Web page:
Around the Web
💸 Big Buy: House Democrats’ main PAC will spend over $100 million in ad buys across 50 media markets ahead of the midterms — more than was spent in fewer markets during the last two congressional elections.
⚖️ Notorious Possessions: Ruth Bader Ginsburg’s family is donating several dozen of the late Supreme Court justice’s possessions, including her famous dissent collar, a briefcase and her robe, to the Smithsonian’s National Museum of American History.
💰 Money Matters: Pershing Square Capital Management founder and CEO Bill Ackman announced his firm will no longer engage in activist short-selling.
📺 Tyke TV: The Daily Wire plans to invest at least $100 million in the children’s entertainment market over the next three years.
📰 Bnai Brak Dispatch: The New York Times spotlights the victims of Tuesday’s terror attack in Bnai Brak.
🤝 Smooth Sailing: Secretary of State Tony Blinken’s meeting with Abu Dhabi Crown Prince Mohammed Bin Zayed lessened tensions between the two countries and helped to put relations between Washington and Abu Dhabi “back on the right track,” UAE Ambassador to the U.S. Yousef Al Otaiba told Axios.
🇷🇺 Not a Haven: Israeli officials told Blinken last week that the country is taking steps to ensure that Russians with ties to the Kremlin cannot use Israel to sidestep Western sanctions, an effort that includes banning unregistered planes and ships from staying in the country for more than a day and blocking sanctioned individuals from transferring funds to Israeli bank accounts.
👨 Roamin’ Roman: The New York Times looks into the role that Roman Abramovich is playing in negotiations between Russia and Ukraine following the Russian-Israeli businessman’s unexpected appearance at peace talks in Istanbul.
⛔ Partners in Crime: Russian state media quoted Foreign Minister Sergei Lavrov as saying that Moscow would work with Tehran to circumvent sanctions imposed by the West.
👮 Security Showdown: Israel is boosting its security in the West Bank amid a rash of terror attacks that have left 11 people dead in the last two weeks.
📈 Defense Dollars: Israeli defense electronics company Elbit Systems is forecasting a surge in defense spending over the next several years, driven in part by countries ratcheting up defense spending in the wake of fighting between Russia and Ukraine.
🕯️ Remembering: Noam Shalit, who fought for his son Gilad’s freedom during five years of Hamas captivity, died at 68.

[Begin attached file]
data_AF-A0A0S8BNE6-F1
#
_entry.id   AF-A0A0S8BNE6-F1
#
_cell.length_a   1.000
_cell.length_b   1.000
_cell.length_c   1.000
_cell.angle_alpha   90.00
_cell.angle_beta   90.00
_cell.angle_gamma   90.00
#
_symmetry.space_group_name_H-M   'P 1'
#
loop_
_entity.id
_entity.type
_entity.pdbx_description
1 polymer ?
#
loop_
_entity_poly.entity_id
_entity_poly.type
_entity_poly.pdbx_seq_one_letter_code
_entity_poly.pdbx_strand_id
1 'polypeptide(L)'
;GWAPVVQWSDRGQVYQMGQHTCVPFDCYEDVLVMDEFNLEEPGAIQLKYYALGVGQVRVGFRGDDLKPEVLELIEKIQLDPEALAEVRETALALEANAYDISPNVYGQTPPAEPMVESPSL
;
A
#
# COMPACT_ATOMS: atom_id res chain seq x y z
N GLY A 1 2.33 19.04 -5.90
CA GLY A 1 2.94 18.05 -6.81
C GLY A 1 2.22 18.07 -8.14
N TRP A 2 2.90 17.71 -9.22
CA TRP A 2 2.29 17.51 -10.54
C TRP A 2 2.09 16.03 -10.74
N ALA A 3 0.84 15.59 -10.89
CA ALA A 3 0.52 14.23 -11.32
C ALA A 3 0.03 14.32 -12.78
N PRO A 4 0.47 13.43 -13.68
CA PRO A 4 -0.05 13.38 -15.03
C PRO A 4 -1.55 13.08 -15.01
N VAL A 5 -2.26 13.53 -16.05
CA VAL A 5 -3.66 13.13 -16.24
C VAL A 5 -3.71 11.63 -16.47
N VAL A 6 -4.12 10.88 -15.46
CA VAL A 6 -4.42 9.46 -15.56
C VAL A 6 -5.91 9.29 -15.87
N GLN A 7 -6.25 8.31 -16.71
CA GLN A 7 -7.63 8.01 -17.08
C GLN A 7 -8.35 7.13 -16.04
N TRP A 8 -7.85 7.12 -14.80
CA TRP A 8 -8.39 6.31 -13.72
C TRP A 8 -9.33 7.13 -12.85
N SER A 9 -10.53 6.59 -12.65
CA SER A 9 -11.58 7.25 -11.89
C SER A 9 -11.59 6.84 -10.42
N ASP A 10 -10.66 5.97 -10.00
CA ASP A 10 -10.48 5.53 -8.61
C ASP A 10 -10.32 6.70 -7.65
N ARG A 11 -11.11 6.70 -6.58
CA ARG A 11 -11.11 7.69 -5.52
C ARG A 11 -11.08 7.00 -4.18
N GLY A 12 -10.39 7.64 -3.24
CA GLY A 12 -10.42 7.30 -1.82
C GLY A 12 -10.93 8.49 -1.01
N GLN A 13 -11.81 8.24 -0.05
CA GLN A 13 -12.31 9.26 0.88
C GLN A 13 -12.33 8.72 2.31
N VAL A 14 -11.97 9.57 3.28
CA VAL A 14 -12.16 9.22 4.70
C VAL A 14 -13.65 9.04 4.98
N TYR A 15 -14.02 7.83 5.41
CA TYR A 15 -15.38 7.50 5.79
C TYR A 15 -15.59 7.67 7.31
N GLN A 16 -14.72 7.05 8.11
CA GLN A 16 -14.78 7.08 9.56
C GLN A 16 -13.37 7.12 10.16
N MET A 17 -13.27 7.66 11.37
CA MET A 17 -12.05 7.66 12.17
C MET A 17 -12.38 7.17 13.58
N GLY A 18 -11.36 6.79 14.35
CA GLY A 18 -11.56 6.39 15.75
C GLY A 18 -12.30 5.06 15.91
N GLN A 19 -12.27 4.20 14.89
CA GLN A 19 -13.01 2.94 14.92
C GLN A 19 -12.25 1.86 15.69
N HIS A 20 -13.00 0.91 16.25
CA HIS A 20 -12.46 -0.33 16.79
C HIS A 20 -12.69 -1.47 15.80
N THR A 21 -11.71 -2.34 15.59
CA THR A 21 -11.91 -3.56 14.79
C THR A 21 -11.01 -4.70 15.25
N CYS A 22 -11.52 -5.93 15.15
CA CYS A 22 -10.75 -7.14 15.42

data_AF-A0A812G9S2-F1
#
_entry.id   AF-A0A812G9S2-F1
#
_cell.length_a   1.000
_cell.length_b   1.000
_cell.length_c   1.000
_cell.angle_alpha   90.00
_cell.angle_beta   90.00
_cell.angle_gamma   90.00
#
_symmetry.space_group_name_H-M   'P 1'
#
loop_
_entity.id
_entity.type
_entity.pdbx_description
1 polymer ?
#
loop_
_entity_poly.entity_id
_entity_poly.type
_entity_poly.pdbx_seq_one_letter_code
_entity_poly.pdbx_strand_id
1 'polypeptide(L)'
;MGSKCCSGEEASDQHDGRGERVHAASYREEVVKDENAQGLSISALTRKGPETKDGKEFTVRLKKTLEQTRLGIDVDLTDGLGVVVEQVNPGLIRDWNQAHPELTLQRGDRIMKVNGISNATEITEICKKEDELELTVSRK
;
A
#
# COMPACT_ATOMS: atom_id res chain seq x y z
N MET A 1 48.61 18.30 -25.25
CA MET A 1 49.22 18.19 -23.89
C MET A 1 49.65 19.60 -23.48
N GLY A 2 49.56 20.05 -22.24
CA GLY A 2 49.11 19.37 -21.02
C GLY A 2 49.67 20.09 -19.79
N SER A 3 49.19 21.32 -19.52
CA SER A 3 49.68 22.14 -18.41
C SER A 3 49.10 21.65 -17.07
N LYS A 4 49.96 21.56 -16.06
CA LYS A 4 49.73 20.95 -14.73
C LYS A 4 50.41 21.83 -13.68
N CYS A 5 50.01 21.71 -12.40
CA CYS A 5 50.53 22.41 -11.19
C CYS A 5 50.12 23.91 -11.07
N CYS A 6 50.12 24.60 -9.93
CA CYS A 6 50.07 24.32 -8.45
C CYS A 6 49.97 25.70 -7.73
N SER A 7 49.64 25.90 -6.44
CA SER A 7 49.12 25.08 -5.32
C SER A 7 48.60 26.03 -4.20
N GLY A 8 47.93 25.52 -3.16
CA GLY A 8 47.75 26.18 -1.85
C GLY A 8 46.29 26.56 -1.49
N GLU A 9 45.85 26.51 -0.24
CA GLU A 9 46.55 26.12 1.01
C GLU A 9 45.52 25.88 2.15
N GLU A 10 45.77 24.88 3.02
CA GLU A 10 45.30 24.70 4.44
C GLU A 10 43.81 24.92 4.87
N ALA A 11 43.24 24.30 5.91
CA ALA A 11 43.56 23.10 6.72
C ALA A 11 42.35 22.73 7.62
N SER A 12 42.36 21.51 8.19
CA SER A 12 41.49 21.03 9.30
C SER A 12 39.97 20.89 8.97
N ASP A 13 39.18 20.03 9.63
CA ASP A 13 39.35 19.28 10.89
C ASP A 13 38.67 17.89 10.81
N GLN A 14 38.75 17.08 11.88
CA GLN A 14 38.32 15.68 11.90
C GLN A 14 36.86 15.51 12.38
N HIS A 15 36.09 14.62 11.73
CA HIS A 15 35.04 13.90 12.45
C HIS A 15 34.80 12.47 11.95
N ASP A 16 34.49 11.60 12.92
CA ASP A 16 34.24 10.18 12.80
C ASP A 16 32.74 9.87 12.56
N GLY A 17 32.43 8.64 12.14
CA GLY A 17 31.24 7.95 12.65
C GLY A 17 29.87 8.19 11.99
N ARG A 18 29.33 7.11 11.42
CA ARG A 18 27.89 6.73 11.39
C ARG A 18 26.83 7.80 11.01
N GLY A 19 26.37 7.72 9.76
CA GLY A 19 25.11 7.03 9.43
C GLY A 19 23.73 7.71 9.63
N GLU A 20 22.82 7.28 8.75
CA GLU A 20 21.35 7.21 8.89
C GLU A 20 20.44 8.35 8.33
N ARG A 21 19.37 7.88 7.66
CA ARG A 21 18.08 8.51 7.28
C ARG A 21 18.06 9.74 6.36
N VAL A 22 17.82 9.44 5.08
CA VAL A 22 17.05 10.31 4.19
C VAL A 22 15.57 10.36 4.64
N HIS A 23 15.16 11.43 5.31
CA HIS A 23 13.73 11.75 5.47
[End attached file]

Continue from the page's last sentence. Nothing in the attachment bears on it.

Pic of the Day
Workers at the Western Wall remove messages and prayers written on pieces of paper from the cracks of the wall in preparation for Passover.
Chief economic correspondent for Politico and co-author of its “Morning Money” newsletter, Ben White turns 50…
Music producer, bandleader of the Tijuana Brass, Herb Alpert turns 87… New York Times best-selling novelist, poet and social activist, Marge Piercy turns 86… Longtime former Democratic congressman from Massachusetts, currently a director at Signature Bank, Barnett “Barney” Frank turns 82… U.S. Senator (D-VT), he is the Senate’s longest-tenured member, Patrick Leahy turns 82… Former syndicated talk radio host on 400+ stations under the name Michael Savage, Michael Alan Weiner turns 80… U.S. Senator (I-ME) Angus King turns 78… Comedian, actor and professional poker player, Gabe Kaplan turns 77… Retired professor of special education at Long Island University, Joel E. Mittler turns 76… Emmy Award-winning movie and television actress, Rhea Jo Perlman turns 74… Ice dancing coach and former competitive ice dancer, Natalia Dubova turns 74… Chairman of Apple, Inc. since 2011 and CEO of Calico (an Alphabet R&D biotech venture), Arthur D. Levinson turns 72… N.J. attorney, Steven Sacks-Wilner turns 72… Flagstaff resident, David L. Freedman turns 71… Chairman of Danaher Corporation, Steven M. Rales turns 71… Israeli singer and songwriter, Ehud Banai turns 69… Former deputy chairman of the Executive of the Jewish Agency, David Breakstone, Ph.D. turns 69… Author and advertising executive, Joseph Alden Reiman turns 69… President at the Detroit-based Nemer Property Group, Larry Nemer turns 68…
Show-jumping equestrian and 10-time American Grand Prix Association Rider of the Year, she is a 2009 inductee into the International Jewish Sports Hall of Fame, Margie Goldstein-Engle turns 64… Founding director of the Illinois Holocaust Museum and Los Angeles director at the American Jewish Committee, Richard Hirschhaut turns 62… Emmy Award-winning writer and producer, Howard Gordon turns 61… Consultant for synagogues, Judah E. Isaacs turns 58… Two-term former mayor of Chattanooga, Tennessee, now a special representative for Broadband in the U.S. Commerce Department, Andy Berke turns 54… Rabbi of the Ashkenazi Jewish community of Turkey, Menachem Mendel Chitrik turns 45… Chief legal correspondent at MSNBC, Ari Naftali Melber turns 42… Footballer for Beitar Jerusalem, who has also played for Chelsea, Manchester City and West Ham United in the English Premier League, Tal Ben Haim turns 40… Tal Meir Levine turns 39… Internet entrepreneur, co-founder and former CMO of Tinder, Justin Mateen turns 36… British-French journalist and thought leader, author of This Is London and Fragile Empire, Ben Judah turns 34… A 2010 contestant on “America’s Next Top Model,” she went on to join the IDF, Esther Petrack turns 30… Howie Keenan turns 28… John Jacobson…